So, let's dig into the details. This guide will explore the basics and nuances of ethical branding, from the origins of the trend to its tangible and intangible benefits, examples, and a clear outline of how you can take a similar approach in your own branding efforts.

Why Younger Generations Gravitate Towards Ethical Brands

An illustration of three people surrounding a giant smart phone. The smart phone has a large letter "Z" on the screen. Each of the three people is using a smart device of some type.

As outlined in a recent research paper from McKinsey & Company, consumption for younger generations is increasingly anchored in ethics. Gen Z in particular wants the brands from which it buys to have "something to say." Even more importantly, those ethics should be consistent between the company's suppliers, partners, and any other stakeholders in the larger brand ecosystem.

Millennials are not much different. They too want to shop responsibly, driven especially by an emphasis on sustainability that has long been a cornerstone of ethical marketing.

Expectations for brands, in other words, are high. And those expectations shine through when younger audiences start to make purchasing decisions. According to Leger's seminal Youth Study,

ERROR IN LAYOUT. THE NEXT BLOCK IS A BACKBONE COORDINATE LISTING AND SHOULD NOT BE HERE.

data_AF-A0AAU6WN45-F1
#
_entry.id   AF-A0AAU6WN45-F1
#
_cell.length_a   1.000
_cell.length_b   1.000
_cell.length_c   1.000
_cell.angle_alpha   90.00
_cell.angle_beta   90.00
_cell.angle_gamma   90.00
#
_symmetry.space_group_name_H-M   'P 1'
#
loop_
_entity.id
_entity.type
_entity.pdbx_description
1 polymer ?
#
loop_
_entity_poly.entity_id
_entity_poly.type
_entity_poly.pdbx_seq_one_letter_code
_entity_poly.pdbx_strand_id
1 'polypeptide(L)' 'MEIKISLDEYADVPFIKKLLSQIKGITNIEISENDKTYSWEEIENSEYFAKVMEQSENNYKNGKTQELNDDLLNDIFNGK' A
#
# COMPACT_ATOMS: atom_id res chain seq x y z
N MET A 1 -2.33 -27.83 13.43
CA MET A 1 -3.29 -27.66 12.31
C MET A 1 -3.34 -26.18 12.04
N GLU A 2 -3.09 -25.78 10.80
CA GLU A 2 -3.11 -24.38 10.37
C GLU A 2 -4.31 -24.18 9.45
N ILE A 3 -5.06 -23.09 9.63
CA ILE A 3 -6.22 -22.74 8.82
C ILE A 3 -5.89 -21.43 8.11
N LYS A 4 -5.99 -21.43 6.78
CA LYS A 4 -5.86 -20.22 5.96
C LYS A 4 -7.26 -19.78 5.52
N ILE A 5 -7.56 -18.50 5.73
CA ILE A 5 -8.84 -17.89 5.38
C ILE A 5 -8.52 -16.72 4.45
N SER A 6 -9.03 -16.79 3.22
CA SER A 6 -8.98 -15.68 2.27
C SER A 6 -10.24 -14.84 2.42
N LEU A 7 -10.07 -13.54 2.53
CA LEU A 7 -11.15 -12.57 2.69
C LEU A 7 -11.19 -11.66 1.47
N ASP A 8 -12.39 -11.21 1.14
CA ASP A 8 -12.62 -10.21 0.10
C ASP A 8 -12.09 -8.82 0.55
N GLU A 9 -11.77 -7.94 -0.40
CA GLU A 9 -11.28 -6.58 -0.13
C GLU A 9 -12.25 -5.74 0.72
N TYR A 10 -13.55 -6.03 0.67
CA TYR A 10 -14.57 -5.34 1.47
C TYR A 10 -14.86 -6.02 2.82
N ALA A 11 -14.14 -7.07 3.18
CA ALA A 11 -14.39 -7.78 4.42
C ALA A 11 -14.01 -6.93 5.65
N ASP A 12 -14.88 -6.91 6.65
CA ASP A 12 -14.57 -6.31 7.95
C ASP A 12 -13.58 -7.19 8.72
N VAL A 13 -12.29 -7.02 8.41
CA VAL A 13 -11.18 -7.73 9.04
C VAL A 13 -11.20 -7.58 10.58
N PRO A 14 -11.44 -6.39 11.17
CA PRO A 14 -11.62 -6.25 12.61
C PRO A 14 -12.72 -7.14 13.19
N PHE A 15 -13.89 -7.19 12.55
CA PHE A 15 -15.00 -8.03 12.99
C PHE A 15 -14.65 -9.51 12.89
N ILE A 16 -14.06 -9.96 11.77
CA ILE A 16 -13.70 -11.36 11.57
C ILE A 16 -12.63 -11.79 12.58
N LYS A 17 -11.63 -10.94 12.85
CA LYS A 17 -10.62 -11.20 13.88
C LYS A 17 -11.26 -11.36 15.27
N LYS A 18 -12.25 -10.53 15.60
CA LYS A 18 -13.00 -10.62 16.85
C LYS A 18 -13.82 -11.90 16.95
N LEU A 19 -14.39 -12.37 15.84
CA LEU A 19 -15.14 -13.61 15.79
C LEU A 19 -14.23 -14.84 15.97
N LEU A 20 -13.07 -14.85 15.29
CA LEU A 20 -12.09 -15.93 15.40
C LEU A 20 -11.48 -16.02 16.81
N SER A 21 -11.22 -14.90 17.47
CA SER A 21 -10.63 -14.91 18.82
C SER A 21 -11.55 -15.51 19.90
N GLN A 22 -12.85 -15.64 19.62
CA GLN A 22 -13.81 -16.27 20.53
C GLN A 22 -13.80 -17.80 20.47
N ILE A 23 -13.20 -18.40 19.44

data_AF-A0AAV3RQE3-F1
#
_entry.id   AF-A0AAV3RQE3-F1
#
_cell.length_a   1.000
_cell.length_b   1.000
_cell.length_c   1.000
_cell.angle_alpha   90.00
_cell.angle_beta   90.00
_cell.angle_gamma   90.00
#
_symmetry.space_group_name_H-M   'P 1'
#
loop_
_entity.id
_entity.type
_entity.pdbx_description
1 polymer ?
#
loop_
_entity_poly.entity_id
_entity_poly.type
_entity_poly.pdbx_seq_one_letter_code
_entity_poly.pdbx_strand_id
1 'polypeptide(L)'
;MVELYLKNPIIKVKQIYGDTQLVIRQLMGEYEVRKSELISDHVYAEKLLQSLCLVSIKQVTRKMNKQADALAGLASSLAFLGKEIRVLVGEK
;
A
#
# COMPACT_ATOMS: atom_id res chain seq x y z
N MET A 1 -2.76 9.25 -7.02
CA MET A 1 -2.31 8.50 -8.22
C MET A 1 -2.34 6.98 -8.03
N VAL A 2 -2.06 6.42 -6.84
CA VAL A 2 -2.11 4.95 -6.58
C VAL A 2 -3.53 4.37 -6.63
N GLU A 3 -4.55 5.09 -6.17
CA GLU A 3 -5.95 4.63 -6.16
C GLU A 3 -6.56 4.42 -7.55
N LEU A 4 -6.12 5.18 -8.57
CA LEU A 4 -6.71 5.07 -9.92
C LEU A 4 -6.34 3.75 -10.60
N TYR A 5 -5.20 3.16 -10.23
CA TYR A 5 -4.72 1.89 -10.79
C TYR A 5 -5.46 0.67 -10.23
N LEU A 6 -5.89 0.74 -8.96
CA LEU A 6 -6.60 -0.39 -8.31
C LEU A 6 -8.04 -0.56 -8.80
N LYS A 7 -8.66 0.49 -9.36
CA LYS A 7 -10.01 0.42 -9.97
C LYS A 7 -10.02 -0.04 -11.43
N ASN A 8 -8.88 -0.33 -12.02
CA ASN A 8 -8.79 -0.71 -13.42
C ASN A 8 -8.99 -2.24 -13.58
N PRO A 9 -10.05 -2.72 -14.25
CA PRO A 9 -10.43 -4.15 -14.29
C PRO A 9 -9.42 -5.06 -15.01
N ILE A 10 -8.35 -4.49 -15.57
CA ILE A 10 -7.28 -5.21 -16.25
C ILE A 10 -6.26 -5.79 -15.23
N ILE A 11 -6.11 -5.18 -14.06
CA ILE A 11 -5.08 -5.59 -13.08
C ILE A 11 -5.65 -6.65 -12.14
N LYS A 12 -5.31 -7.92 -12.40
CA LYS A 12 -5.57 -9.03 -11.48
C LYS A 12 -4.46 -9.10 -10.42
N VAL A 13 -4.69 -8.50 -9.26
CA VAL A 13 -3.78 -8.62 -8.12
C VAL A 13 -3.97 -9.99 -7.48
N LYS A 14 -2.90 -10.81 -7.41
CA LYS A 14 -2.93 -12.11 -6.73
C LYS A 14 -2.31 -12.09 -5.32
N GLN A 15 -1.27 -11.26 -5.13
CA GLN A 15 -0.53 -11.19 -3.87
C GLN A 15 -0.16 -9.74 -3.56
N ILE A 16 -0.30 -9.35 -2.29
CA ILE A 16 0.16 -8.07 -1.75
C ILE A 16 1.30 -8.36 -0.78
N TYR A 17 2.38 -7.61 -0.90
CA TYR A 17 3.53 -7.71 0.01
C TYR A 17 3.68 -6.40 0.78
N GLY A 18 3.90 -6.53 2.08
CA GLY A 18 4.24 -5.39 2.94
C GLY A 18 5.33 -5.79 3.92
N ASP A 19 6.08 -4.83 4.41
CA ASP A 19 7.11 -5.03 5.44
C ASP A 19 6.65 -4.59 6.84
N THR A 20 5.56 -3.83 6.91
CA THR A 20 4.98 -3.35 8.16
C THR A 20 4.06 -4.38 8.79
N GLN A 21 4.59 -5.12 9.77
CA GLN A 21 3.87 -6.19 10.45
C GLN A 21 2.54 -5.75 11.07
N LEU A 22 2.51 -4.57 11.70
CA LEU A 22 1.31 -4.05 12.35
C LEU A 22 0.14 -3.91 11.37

• 46% of consumers between 15 and 39 reduced their consumption of fast-fashion products in the past year.
  • 40% of consumers in the same demographic avoided products with excessive packaging.
  • 24% of consumers in the same demographics avoided companies because of allegations of sexism or racism.
  • 23% of consumers in the same demographics avoided companies because of concerning environmental footprints.

It's not enough to avoid scandals, either. The rise of the #BlackLivesMatter movement has seen an increase in the belief that complacency makes you complicit. This shift in the social consciousness has made Gen Z and Millennials want to put their money into products and practices that actively support social causes.